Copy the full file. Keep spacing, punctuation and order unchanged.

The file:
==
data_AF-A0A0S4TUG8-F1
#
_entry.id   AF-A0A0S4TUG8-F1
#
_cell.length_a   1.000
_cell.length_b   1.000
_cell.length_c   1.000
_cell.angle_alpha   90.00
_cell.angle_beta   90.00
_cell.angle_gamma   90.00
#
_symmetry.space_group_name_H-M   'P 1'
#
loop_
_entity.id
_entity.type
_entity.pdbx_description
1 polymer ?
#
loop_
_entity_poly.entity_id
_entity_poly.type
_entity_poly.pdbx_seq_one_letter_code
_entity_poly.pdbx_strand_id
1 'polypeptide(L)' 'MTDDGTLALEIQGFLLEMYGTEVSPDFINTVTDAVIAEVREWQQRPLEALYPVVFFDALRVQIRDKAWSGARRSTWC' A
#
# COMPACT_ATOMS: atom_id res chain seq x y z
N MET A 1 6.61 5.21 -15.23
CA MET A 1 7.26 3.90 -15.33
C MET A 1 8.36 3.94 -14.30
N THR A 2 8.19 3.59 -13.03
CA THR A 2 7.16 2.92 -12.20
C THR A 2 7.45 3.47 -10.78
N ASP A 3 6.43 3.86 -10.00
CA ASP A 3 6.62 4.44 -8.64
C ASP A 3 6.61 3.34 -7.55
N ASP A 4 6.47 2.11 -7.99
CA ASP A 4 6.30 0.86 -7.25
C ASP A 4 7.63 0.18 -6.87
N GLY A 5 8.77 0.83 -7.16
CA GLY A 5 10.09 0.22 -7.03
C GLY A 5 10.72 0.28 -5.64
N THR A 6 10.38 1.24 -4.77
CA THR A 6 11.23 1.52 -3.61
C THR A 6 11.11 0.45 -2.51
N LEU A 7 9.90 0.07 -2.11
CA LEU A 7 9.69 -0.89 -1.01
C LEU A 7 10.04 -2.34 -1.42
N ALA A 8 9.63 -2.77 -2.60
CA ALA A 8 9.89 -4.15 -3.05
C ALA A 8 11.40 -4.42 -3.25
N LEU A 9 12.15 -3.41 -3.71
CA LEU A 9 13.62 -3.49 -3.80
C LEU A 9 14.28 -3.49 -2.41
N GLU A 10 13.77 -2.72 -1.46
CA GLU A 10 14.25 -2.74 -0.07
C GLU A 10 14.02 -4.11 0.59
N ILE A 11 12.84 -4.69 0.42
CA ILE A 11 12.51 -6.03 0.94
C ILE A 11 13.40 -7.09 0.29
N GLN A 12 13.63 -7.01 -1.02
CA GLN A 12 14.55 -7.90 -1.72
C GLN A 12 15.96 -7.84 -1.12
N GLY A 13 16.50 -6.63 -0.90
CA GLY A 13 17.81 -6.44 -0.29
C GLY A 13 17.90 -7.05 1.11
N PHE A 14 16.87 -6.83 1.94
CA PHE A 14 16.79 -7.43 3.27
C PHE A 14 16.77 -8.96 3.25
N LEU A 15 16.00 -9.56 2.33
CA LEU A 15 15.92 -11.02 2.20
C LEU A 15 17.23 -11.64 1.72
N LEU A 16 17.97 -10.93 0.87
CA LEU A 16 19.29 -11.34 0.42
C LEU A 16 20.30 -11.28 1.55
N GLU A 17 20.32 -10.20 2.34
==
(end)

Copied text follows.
data_AF-A0A0S4TUG8-F1
#
_entry.id   AF-A0A0S4TUG8-F1
#
_cell.length_a   1.000
_cell.length_b   1.000
_cell.length_c   1.000
_cell.angle_alpha   90.00
_cell.angle_beta   90.00
_cell.angle_gamma   90.00
#
_symmetry.space_group_name_H-M   'P 1'
#
loop_
_entity.id
_entity.type
_entity.pdbx_description
1 polymer ?
#
loop_
_entity_poly.entity_id
_entity_poly.type
_entity_poly.pdbx_seq_one_letter_code
_entity_poly.pdbx_strand_id
1 'polypeptide(L)' 'MTDDGTLALEIQGFLLEMYGTEVSPDFINTVTDAVIAEVREWQQRPLEALYPVVFFDALRVQIRDKAWSGARRSTWC' A
#
# COMPACT_ATOMS: atom_id res chain seq x y z
N MET A 1 6.61 5.21 -15.23
CA MET A 1 7.26 3.90 -15.33
C MET A 1 8.36 3.94 -14.30
N THR A 2 8.19 3.59 -13.03
CA THR A 2 7.16 2.92 -12.20
C THR A 2 7.45 3.47 -10.78
N ASP A 3 6.43 3.86 -10.00
CA ASP A 3 6.62 4.44 -8.64
C ASP A 3 6.61 3.34 -7.55
N ASP A 4 6.47 2.11 -7.99
CA ASP A 4 6.30 0.86 -7.25
C ASP A 4 7.63 0.18 -6.87
N GLY A 5 8.77 0.83 -7.16
CA GLY A 5 10.09 0.22 -7.03
C GLY A 5 10.72 0.28 -5.64
N THR A 6 10.38 1.24 -4.77
CA THR A 6 11.23 1.52 -3.61
C THR A 6 11.11 0.45 -2.51
N LEU A 7 9.90 0.07 -2.11
CA LEU A 7 9.69 -0.89 -1.01
C LEU A 7 10.04 -2.34 -1.42
N ALA A 8 9.63 -2.77 -2.60
CA ALA A 8 9.89 -4.15 -3.05
C ALA A 8 11.40 -4.42 -3.25
N LEU A 9 12.15 -3.41 -3.71
CA LEU A 9 13.62 -3.49 -3.80
C LEU A 9 14.28 -3.49 -2.41
N GLU A 10 13.77 -2.72 -1.46
CA GLU A 10 14.25 -2.74 -0.07
C GLU A 10 14.02 -4.11 0.59
N ILE A 11 12.84 -4.69 0.42
CA ILE A 11 12.51 -6.03 0.94
C ILE A 11 13.40 -7.09 0.29
N GLN A 12 13.63 -7.01 -1.02
CA GLN A 12 14.55 -7.90 -1.72
C GLN A 12 15.96 -7.84 -1.12
N GLY A 13 16.50 -6.63 -0.90
CA GLY A 13 17.81 -6.44 -0.29
C GLY A 13 17.90 -7.05 1.11
N PHE A 14 16.87 -6.83 1.94
CA PHE A 14 16.79 -7.43 3.27
C PHE A 14 16.77 -8.96 3.25
N LEU A 15 16.00 -9.56 2.33
CA LEU A 15 15.92 -11.02 2.20
C LEU A 15 17.23 -11.64 1.72
N LEU A 16 17.97 -10.93 0.87
CA LEU A 16 19.29 -11.34 0.42
C LEU A 16 20.30 -11.28 1.55
N GLU A 17 20.32 -10.20 2.34